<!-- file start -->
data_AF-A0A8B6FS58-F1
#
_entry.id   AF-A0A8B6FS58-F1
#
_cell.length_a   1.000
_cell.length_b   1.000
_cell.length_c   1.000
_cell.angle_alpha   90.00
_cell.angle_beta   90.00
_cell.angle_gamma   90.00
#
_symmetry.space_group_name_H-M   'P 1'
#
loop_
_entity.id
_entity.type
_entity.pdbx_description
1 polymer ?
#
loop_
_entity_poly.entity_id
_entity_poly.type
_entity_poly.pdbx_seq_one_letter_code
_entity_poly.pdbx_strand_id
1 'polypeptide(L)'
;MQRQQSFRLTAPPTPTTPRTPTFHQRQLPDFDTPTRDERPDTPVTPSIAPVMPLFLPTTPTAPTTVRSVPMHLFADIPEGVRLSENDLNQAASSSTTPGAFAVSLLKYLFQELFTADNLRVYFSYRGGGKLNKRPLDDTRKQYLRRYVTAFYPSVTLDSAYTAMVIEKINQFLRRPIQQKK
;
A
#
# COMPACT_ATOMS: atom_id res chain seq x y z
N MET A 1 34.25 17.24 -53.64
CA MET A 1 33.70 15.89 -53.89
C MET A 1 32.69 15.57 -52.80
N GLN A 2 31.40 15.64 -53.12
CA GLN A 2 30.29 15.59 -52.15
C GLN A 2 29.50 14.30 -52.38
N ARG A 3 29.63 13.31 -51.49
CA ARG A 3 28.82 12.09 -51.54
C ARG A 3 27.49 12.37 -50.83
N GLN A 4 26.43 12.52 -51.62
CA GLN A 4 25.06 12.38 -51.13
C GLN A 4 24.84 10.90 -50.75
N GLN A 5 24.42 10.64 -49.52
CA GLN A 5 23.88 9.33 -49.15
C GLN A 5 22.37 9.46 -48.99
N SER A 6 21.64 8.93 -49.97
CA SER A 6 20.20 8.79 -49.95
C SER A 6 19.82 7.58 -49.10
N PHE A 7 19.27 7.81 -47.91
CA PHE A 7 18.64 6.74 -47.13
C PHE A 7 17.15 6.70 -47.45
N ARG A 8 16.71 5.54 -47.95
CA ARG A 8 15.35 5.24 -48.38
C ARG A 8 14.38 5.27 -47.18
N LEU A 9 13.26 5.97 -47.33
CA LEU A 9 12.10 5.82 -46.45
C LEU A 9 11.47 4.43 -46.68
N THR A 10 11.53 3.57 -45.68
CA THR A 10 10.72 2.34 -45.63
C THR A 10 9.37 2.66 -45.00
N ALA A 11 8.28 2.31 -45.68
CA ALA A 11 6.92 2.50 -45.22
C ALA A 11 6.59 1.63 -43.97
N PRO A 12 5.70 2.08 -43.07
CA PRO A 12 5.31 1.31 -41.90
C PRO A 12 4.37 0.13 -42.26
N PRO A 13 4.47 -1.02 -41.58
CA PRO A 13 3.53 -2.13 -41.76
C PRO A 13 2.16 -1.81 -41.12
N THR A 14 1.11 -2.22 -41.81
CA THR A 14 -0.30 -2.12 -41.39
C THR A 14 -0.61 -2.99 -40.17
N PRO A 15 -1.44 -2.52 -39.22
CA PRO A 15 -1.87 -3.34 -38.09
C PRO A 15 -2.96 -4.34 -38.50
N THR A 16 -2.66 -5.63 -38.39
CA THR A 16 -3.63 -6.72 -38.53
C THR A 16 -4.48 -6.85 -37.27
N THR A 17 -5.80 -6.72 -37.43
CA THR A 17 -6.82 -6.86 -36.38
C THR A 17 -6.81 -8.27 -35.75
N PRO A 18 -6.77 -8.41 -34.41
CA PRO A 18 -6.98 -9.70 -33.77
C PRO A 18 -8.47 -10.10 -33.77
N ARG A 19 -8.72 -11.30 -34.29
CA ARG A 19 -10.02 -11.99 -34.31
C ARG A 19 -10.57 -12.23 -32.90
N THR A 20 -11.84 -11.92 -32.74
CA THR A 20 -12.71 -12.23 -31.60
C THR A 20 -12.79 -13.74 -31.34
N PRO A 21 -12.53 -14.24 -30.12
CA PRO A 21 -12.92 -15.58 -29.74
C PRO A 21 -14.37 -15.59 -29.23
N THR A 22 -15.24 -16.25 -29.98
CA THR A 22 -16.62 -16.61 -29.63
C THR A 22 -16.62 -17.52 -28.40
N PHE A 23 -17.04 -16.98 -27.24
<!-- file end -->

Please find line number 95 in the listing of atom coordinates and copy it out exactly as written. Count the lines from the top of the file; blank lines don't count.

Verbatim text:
CA THR A 22 -16.62 -16.61 -29.63